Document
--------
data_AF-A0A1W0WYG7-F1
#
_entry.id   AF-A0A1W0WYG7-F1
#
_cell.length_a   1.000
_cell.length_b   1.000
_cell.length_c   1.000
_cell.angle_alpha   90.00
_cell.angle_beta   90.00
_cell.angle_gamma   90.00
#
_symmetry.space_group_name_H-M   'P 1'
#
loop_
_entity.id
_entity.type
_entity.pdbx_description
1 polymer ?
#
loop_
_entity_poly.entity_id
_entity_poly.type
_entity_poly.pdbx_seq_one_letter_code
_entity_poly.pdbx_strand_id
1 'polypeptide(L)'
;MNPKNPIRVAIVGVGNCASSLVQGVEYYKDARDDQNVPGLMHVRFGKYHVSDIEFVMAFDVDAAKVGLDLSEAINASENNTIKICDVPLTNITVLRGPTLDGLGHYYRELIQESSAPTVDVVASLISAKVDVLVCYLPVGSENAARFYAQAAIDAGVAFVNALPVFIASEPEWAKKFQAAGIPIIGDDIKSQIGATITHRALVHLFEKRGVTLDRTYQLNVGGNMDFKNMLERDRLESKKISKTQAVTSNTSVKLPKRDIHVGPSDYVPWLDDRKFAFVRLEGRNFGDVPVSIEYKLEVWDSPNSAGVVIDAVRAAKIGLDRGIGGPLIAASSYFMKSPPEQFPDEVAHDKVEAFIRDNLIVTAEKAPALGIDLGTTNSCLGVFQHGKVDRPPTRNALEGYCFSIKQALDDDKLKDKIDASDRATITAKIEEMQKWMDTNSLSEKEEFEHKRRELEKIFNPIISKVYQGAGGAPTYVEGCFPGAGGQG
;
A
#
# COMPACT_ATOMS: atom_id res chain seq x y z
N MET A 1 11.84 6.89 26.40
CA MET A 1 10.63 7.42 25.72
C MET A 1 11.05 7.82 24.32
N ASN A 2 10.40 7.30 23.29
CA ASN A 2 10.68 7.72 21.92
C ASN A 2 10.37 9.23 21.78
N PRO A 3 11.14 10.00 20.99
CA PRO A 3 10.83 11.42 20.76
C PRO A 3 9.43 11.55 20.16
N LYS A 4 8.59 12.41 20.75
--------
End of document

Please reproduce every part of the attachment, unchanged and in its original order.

data_AF-A0A1W0WYG7-F1
#
_entry.id   AF-A0A1W0WYG7-F1
#
_cell.length_a   1.000
_cell.length_b   1.000
_cell.length_c   1.000
_cell.angle_alpha   90.00
_cell.angle_beta   90.00
_cell.angle_gamma   90.00
#
_symmetry.space_group_name_H-M   'P 1'
#
loop_
_entity.id
_entity.type
_entity.pdbx_description
1 polymer ?
#
loop_
_entity_poly.entity_id
_entity_poly.type
_entity_poly.pdbx_seq_one_letter_code
_entity_poly.pdbx_strand_id
1 'polypeptide(L)'
;MNPKNPIRVAIVGVGNCASSLVQGVEYYKDARDDQNVPGLMHVRFGKYHVSDIEFVMAFDVDAAKVGLDLSEAINASENNTIKICDVPLTNITVLRGPTLDGLGHYYRELIQESSAPTVDVVASLISAKVDVLVCYLPVGSENAARFYAQAAIDAGVAFVNALPVFIASEPEWAKKFQAAGIPIIGDDIKSQIGATITHRALVHLFEKRGVTLDRTYQLNVGGNMDFKNMLERDRLESKKISKTQAVTSNTSVKLPKRDIHVGPSDYVPWLDDRKFAFVRLEGRNFGDVPVSIEYKLEVWDSPNSAGVVIDAVRAAKIGLDRGIGGPLIAASSYFMKSPPEQFPDEVAHDKVEAFIRDNLIVTAEKAPALGIDLGTTNSCLGVFQHGKVDRPPTRNALEGYCFSIKQALDDDKLKDKIDASDRATITAKIEEMQKWMDTNSLSEKEEFEHKRRELEKIFNPIISKVYQGAGGAPTYVEGCFPGAGGQG
;
A
#
# COMPACT_ATOMS: atom_id res chain seq x y z
N MET A 1 11.84 6.89 26.40
CA MET A 1 10.63 7.42 25.72
C MET A 1 11.05 7.82 24.32
N ASN A 2 10.40 7.30 23.29
CA ASN A 2 10.68 7.72 21.92
C ASN A 2 10.37 9.23 21.78
N PRO A 3 11.14 10.00 20.99
CA PRO A 3 10.83 11.42 20.76
C PRO A 3 9.43 11.55 20.16
N LYS A 4 8.59 12.41 20.75